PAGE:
When the siren, sounding mournful, echoed through the Western Wall plaza, only the cats remained in motion running free. I was crossing towards the women’s section and had heard the chanting of a bar mitzvah boy, the laughter of children, and the pedantic tones of a plethora of tour guides before the siren.
This is my second Yom HaShoah since making aliyah in 2014. In the United States, I knew many survivors and was once married to a man born of two survivors at a time when each child coming into this world was a pathway to new life. If we counted each child’s birth (one, two, three…..) from the beginning, it would have been hard to predict the return from exile and thriving Jewish life in our own nation. There are now more than 6 million Jews living in Israel. We are home.
When the siren ceased, the plaza at the Kotel kicked into gear. Tour guides waving flags, children laughing, and the return to prayer. The bar mitzvah continued until you could hear the joyful singing of praise for the young man. The women of the family peered over the mechitza laughing and clapping.
It is said that many Jews on their way to death recited the Shema, just as we do before sleep. As I looked around the magnificence of Jewish life at the Kotel, I thought about the “what if,” the novelist and filmmaker’s trick of what if the dead could come back and see what is now.
What if they could see a Jewish nation, re-born after two-thousand years in exile in places where we were not wanted and were subjected to the same hate that created the forces of the Shoah?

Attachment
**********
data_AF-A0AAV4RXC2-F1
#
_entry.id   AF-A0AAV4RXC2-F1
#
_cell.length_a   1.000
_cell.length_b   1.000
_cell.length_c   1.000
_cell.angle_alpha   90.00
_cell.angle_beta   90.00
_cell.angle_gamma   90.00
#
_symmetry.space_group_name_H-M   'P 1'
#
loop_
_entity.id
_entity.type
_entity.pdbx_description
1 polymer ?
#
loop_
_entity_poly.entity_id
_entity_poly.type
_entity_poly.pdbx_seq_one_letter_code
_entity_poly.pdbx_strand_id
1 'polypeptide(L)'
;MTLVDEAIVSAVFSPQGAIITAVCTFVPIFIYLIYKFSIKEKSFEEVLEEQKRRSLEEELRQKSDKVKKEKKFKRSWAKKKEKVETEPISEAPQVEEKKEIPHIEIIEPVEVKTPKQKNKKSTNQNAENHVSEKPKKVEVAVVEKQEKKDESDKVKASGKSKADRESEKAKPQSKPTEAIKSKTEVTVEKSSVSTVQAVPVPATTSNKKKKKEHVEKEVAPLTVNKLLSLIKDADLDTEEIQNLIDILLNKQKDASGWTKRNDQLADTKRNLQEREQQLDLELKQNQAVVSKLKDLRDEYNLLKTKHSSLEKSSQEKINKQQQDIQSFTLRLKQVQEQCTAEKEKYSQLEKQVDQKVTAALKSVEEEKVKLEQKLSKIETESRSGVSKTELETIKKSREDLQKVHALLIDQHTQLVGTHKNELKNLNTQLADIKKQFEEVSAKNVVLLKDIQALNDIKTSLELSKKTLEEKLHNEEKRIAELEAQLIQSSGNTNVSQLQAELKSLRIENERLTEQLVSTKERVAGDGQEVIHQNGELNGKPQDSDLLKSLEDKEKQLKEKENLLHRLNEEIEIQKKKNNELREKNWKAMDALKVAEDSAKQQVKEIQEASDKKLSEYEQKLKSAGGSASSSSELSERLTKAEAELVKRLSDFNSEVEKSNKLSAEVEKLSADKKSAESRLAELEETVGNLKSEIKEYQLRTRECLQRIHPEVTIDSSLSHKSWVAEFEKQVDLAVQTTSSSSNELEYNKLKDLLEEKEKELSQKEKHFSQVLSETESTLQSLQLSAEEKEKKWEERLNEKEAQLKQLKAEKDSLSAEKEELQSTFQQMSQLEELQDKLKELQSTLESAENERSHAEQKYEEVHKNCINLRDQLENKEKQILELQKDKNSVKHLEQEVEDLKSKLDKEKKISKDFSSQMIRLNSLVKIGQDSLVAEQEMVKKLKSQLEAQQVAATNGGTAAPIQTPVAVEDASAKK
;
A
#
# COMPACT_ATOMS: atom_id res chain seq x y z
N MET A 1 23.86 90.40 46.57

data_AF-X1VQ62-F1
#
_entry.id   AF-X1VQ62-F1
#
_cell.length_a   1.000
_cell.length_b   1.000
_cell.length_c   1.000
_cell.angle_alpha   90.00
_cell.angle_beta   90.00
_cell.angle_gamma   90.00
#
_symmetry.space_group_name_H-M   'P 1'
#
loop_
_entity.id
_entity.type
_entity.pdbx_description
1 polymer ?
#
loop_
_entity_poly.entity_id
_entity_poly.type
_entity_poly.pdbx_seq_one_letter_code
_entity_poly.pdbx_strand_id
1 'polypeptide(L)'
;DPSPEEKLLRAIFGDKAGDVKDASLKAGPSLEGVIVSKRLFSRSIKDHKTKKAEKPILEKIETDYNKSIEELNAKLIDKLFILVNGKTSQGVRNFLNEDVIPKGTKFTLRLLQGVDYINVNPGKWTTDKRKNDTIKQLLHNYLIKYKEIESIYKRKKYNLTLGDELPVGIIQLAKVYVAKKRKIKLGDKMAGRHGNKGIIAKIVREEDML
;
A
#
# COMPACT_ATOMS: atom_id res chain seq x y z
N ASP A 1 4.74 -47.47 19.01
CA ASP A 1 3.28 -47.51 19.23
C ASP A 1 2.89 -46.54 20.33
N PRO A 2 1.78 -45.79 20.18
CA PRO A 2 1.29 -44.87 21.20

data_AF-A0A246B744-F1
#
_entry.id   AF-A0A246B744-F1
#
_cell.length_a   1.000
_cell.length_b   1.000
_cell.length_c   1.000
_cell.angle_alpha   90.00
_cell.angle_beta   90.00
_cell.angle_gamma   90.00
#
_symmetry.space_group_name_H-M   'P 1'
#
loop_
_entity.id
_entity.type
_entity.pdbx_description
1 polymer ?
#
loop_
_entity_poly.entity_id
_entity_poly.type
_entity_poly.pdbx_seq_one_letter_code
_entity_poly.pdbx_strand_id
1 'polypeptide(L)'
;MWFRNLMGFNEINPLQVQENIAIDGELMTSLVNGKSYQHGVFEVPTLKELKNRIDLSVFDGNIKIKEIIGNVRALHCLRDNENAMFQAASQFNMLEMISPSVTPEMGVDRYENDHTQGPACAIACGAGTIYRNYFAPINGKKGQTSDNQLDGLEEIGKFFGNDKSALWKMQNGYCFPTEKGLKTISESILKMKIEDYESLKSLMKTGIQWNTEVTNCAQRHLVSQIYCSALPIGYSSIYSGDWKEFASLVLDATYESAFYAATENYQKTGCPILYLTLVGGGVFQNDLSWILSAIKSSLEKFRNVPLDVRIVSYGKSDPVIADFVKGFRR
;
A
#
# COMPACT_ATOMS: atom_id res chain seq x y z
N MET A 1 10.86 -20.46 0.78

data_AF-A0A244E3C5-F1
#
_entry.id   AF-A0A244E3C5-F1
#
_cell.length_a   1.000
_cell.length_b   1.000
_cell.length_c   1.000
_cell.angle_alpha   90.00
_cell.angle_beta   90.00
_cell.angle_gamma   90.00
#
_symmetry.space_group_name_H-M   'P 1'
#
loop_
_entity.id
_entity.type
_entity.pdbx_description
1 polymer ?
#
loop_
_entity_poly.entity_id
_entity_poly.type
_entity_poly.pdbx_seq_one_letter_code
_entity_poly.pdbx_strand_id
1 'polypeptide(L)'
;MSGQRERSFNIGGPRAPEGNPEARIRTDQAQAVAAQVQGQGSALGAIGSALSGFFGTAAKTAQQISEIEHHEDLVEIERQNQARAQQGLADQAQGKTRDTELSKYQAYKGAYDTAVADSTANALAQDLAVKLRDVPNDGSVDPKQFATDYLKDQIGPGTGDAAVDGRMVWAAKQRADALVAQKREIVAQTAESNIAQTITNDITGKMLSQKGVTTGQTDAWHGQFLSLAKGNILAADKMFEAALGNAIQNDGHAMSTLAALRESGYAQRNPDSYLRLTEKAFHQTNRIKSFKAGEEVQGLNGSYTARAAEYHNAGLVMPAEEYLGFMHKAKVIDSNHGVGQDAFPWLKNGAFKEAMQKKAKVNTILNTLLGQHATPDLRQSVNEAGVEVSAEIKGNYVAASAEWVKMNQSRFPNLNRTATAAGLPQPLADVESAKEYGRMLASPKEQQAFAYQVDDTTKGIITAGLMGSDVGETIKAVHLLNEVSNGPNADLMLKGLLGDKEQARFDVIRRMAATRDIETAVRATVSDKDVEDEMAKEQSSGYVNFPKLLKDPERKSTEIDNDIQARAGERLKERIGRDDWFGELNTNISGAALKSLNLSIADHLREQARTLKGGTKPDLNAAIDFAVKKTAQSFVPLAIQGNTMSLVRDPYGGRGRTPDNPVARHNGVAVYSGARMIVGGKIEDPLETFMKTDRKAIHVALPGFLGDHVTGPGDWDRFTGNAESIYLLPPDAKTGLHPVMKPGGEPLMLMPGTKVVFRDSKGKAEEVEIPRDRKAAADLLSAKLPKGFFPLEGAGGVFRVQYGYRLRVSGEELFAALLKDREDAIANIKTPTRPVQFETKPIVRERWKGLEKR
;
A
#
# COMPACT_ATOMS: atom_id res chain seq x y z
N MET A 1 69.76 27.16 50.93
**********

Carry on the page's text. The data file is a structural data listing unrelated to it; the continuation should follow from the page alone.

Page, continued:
What if they could see our playgrounds and schools, filled with Jewish children laughing and learning Torah?
What if they could hear the sound of young people singing and dancing at Kikar Tzion on a Thursday night, unabashedly and proudly Jewish?
What if they could see technology created to save and better lives being born in a Jewish nation in an effort to improve all of humanity, not just Jews?
What if they could walk the streets of Jerusalem and see people living fully Jewish lives, praying on buses, while walking, and observing Shabbat in all of its glory?
What if they could walk through the Jewish Quarter, as I did today, and see hundreds of young Jews from around the world visiting the only Jewish nation on the planet?
What if they could witness the arrival of thousands of new olim each year, coming home to a nation that was put on hold for 2000 years, disembarking from airplanes and kissing the ground? What if they could see that?
What if they could see the resurgence of hate in Europe and the United States, the same hate that led them to their deaths?
But then, what if they could see our military? Strong Jews, serving along with non-Jewish Israelis, able and committed to protecting this Jewish homeland with a force that had previously not been seen in history?
What if they could walk through Yad Vashem and know that they are not forgotten?
And what if, just what if, they could see a whole nation stop in silence to honor their memories as we did today?
I stood there, my teary eyes scanning the Kotel, and said the Shema after the siren ceased. The cats were scampering from under moving human feet; their unfettered movement now had barriers. We also went about our business, the business of day to day life in a strong Jewish nation that could have only been imagined by those hastily saying the Shema before their deaths.